At Van Severen Law Office we defend individuals facing all theft charges.
Under Wisconsin law, theft is a property crime that can take many forms. Most people think of this charge in terms of retail theft. One of the most commonly-charged theft crimes in Wisconsin is retail theft. That being said, this crime is much broader than the simple retail context. Shoplifting crimes are some of the most mitigated when considering all crimes.
At Van Severen Law Office we defend all criminal charges throughout Wisconsin. We defend theft, shoplifting, and all other crimes throughout Wisconsin. Call us at (414) 270-0202 24/7.
Theft is governed by Wisconsin Statute 943.20(1)(a); which defines theft as:
(1)(a) Whoever intentionally takes and carries away, uses, transfers, conceals, or retains possession of movable property of another without the other’s consent and with intent to deprive the owner permanently of possession of such property.
Simply, theft is taking something that does not belong to you. You act without the owner’s permission. And, concluding, you intend to permanently keep the item. Borrowing a neighbors rake to do some yard work without first asking permission is not theft. In that case, you plan on returning the item. But, taking the rake and keeping it for yourself is theft. Certainly, upon permanent deprivation of the rake, you’ve committed a crime.
Retail Theft is governed by Wisconsin Statute 943.50; which defines retail theft as:
(1m) A person may be penalized if he or she does any of the following without the merchants consent and with intent to deprive the merchant permanently of possession or the full purchase price of the merchandise or property:
- Intentionally alters indicia of price or value of merchandise held for resale by a merchant or property of a merchant.
- Intentionally takes and carries away merchandise held for resale by a merchant or property of a merchant.
- Uses, or possess with intent to use, a theft detection shielding device to shield merchandise held fore resale by a merchant or property of merchant from being detected by an electronic or magnetic theft alarm sensor.
- Intentionally transfers merchandise held for resale by a merchant or property of a merchant.
- Intentionally conceals merchandise held for resale by a merchant or property of a merchant.
- While anywhere in the merchant’s store, intentionally removes a theft detection device from merchandise held for resale by a merchant or property of a merchant.
- Intentionally retains possession of merchandise held for resale by a merchant or property of a merchant.
- Uses, or posses with intent to use, a theft detection device remover to remove a theft detection device from merchandise held for resale by a merchant or property of a merchant.
Didn’t leave the store? You may still face criminal charges.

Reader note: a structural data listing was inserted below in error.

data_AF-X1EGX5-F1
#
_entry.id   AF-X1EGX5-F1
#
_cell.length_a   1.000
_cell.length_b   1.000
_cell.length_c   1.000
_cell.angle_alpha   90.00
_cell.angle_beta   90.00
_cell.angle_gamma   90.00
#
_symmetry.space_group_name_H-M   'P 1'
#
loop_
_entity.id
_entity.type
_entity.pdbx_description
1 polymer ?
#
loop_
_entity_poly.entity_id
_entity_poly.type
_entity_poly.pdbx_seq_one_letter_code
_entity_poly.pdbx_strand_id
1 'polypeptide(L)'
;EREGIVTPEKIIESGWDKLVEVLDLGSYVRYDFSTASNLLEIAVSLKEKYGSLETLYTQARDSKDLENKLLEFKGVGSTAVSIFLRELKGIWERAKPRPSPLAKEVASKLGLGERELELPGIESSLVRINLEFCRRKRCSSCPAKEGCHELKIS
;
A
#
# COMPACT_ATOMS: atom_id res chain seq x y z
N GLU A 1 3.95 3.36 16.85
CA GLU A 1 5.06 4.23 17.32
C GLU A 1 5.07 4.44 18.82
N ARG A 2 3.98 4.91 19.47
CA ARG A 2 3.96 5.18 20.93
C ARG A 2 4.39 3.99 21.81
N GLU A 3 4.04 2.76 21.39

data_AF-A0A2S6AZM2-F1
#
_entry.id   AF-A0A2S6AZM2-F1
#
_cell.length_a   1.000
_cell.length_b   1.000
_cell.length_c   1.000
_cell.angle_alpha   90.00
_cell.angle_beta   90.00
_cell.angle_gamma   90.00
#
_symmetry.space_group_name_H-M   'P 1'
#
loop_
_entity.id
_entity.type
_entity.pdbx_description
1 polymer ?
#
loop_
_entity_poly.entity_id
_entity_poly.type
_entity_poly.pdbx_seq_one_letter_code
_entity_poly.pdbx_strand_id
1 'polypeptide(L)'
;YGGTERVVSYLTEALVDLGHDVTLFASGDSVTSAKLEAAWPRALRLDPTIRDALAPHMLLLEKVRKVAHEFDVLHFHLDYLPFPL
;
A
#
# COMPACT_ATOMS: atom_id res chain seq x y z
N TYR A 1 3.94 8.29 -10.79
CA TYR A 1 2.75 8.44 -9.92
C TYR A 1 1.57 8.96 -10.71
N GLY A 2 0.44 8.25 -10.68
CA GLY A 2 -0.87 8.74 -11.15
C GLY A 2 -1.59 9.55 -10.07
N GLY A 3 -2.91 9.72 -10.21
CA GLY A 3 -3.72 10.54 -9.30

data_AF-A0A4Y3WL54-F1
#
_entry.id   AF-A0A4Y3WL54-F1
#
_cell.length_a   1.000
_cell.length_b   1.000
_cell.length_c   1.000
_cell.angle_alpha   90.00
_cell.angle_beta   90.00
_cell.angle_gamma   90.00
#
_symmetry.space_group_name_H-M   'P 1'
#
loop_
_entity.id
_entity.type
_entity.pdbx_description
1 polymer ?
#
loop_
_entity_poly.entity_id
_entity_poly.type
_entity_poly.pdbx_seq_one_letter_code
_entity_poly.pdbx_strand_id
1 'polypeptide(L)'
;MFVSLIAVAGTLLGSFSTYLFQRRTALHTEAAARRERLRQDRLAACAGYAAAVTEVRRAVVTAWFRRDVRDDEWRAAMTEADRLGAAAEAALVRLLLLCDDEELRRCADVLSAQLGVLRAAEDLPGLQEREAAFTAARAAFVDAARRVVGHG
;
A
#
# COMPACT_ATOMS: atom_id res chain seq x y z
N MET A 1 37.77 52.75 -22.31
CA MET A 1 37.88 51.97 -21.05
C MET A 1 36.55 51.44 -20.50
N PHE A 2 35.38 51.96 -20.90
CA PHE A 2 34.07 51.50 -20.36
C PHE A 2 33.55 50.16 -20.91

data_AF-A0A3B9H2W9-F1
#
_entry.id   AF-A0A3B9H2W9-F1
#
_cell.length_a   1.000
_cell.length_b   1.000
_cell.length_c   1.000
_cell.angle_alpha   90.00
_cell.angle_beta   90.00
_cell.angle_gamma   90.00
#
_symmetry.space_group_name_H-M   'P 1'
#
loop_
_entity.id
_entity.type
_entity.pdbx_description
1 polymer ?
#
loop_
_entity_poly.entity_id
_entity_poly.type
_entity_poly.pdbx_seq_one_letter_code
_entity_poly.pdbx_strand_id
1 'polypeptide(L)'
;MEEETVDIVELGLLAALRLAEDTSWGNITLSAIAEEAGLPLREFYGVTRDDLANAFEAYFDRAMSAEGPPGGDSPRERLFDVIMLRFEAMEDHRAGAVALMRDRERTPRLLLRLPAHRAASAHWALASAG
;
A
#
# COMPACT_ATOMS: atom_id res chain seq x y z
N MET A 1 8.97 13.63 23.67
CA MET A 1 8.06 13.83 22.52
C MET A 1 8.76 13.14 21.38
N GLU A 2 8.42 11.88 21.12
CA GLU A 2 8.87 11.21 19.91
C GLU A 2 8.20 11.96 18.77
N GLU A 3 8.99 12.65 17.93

One of the most important things to know is that you may still be charged with retail theft even if you do not leave the store with the item. Under subsection (d), you have engaged in retail theft by simply concealing an item. Placing items underneath an item of clothing is an example of how this frequently occurs. We’ve also encountered individuals concealing items by how they stack other items within a shopping cart. However, another way may include concealing an item in your cart with a coat or other item of clothing.
Another common form of this crime is altering the price of an item, covered by subsection (a) of the statute. An individual goes into a store and switches price tags. Obviously, upon attempting to purchase the item for the incorrect price, the defendant commits retail theft.
Theft of Services
Theft of services is governed by Wisconsin Statute 943.50(1r), which states:
(1r) Any person may be penalized if, having obtained a service from a service provider, he or she, without the service provider’s consent and with intent to deprive the service provider permanently of the fill price of the service, absconds and intentionally fails or refuses to pay for the service.
In plain language, theft of services means you received some type of service from someone and you fail to pay that person or company for the service you received. Example: You hire a contractor to replace windows in your house. The contractor replaces your windows. You don’t pay the contractor for his work. Unquestionably, this is an example of the charge.
Penalty classifications based upon value
Finally, theft charges in Wisconsin range from simple municipal violations and misdemeanors to serious felonies.
The deciding factor is the value of the property. If the value of the property does not exceed $2,500, the offense is a Class A Misdemeanor. If the value of the property exceeds $2,500 but not $5,000, the offense is a Class I Felony. When the value of the property exceeds $5,000 but not $10,000, the offense is a Class H Felony. If the value of the property exceeds $10,000 but not $100,000, the offense is a Class G Felony. Finally, if the value of the property exceeds $100,000, the offense is a Class F Felony.
For a Class A misdemeanor, the maximum possible penalty is 9 months incarceration. With a Class I felony, the maximum possible penalty is 3 years and 6 months incarceration. For a Class H felony, the maximum possible penalty is 6 years incarceration. And a Class G felony, the maximum possible penalty is 10 years incarceration. Lastly, for a Class F felony, the maximum possible penalty is 12 years and 6 months incarceration.
Call top Milwaukee criminal defense firm Van Severen Law Office for a consultation
Significantly, contact a top Milwaukee criminal defense attorney if you are facing theft charges. The lawyers at Van Severen Law Office dedicate themselves to assist you and obtain the best possible results. Lastly, to schedule a free consultation with one of our criminal defense lawyers in Milwaukee, call our office at 414-270-0202.
Attorney Matt Last